In December, Oracle announced plans to change its headquarters location from its longtime home in the Silicon Valley community of Redwood Shores, California, to Austin, Texas, as part of a new “a more flexible work location policy” for its 135,000-plus global workforce.
“Many of our employees can choose their office location as well as continue to work from home part-time or all of the time,” the company said at the time. Indeed, founder and chief technical officer Larry Ellison told employees in December that he had moved to Hawaii, where he owns an island, rather than follow the headquarters to Austin. CEO Safra Catz appears to have maintained her residency in California.
Nearly three months later, however, five employees who spoke to Insider say Oracle has largely failed to address how this new policy actually works, creating confusion that’s only compounded by a headquarters change that seems largely symbolic in nature.
At least some parts of the tech giant have moved towards firming up their policies: In an internal meeting with her almost 500-person organization, Insider has learned, Oracle Cloud Infrastructure Compute senior vice president Bev Crair said that software engineers can work remotely perpetually in most cases, and will not have their pay cut if they relocate — through relocation may affect future raises.
It’s unclear whether those terms apply to employees outside of Crair’s organization, and a person familiar with the matter said Crair’s comments were not an official statement of companywide policy. Meanwhile, other employees say they’ve been left in the dark completely about who can relocate or work remotely, who will approve those changes, and how they might affect pay.
“We are in pandemic mode and all non-essential employees continue to work remotely,” the person familiar with the matter said, but the company has otherwise not publicly stated any longer-term policies around remote work.
As for the headquarters situation, at least some employees are finding the move to be merely symbolic. Oracle told employees in December it had no plans to relocate teams from Redwood Shores to Austin. That hasn’t changed, employees told Insider — which only serves to exacerbate the confusion over why it made the move in the first place, especially with so much else up in the air.
“Austin, that has to be just a ceremony. We’re not going to get rid of anything in Redwood Shores,” one employee told Insider. “Honestly, I don’t think it impacts us at all. There’s no movement of people to Austin,” another said. Ultimately, the now-former Silicon Valley headquarters isn’t going anywhere, the employees said, noting that Oracle recently invested in a new $43 million tech-focused charter high school on the campus, which opened in 2018.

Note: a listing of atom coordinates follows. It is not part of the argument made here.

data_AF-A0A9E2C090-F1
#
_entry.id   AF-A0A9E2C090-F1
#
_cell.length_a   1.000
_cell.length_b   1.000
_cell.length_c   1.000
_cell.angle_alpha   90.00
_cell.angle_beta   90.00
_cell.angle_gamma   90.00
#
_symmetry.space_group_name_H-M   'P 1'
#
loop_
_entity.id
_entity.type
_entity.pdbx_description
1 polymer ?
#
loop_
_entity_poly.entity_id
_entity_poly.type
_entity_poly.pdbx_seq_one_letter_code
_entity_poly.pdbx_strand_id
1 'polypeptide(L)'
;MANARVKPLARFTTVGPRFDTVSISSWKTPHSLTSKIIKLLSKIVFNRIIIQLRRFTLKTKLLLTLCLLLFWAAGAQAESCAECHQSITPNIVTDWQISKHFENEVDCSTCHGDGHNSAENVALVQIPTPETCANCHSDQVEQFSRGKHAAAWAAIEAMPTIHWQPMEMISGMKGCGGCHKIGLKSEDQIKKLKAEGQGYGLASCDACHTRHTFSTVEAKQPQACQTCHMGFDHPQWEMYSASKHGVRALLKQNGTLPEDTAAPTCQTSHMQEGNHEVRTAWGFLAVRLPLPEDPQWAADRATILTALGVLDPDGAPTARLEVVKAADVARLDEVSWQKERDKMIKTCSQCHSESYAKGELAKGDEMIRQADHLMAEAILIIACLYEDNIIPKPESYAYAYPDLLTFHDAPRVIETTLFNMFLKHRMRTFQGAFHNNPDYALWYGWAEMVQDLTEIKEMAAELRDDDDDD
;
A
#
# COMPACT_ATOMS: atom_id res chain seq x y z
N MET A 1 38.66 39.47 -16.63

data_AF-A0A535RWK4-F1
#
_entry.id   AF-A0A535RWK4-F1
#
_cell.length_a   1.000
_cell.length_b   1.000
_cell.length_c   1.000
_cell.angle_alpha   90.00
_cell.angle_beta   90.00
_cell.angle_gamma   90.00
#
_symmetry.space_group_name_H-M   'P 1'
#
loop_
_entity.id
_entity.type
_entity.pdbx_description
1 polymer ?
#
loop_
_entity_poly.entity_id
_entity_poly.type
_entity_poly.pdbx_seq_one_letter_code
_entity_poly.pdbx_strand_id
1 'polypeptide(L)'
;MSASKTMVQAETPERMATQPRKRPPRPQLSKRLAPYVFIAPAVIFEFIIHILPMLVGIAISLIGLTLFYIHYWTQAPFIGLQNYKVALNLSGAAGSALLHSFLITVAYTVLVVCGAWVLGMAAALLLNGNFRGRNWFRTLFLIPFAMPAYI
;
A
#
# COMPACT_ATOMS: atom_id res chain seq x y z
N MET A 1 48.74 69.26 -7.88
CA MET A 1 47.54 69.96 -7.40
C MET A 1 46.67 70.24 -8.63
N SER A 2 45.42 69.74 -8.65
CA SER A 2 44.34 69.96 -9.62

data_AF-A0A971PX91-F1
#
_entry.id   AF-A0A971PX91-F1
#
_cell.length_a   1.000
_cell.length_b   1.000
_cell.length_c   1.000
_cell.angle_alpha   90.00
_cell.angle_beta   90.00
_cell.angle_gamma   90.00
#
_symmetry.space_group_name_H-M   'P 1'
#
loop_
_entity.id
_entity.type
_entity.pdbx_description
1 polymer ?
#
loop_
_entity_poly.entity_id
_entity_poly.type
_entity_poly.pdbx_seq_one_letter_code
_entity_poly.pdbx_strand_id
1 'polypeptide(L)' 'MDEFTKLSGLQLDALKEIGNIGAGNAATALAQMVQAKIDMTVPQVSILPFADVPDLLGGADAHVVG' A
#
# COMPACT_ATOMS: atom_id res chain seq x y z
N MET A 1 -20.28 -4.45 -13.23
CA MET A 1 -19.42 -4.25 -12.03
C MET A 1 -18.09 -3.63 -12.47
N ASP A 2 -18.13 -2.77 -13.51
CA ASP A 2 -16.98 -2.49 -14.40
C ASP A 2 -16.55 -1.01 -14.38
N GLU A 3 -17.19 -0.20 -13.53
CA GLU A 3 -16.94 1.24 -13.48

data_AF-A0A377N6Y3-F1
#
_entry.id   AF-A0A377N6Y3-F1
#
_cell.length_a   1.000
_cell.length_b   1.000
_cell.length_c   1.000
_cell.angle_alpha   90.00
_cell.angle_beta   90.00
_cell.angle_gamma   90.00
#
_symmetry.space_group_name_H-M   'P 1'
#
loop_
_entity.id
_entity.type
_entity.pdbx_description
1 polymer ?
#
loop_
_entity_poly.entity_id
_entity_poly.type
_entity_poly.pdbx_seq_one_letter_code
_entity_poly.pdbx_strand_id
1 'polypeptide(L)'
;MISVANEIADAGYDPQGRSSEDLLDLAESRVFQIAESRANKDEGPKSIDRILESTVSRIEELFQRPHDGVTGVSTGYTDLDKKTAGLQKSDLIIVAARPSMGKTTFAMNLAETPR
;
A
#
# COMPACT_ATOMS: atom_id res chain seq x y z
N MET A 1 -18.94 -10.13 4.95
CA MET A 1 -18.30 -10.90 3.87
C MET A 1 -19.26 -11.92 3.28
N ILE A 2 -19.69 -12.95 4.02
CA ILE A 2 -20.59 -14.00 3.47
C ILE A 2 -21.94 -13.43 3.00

Many technology companies have announced plans to make work locations and schedules more flexible, immediately and after the pandemic. Microsoft, for example, is allowing some employees to adjust work locations and schedules, and the company provided detailed guidelines for how the policy works, according to internal documents viewed by Insider. It is becoming increasingly common for companies, including Microsoft, to adjust pay indexed to the cost of living in the area where an employee relocates..
The company on December 11 disclosed the headquarters change and new flexible work policy in a securities filing, stating “we believe these moves best position Oracle for growth and provide our personnel with more flexibility about where and how they work.” Oracle also said it would “continue to support major hubs” in cities like Redwood City, Austin, Santa Monica, Seattle, and Denver.
Spokespeople for Oracle declined to comment when asked about Oracle’s flexible work policy, whether it has worked out the details, and whether there are any plans for teams to relocate to Austin.
Oracle had 378 open roles in California and 245 open roles in Texas listed on its careers page as of the time of publication, although many job postings list multiple locations.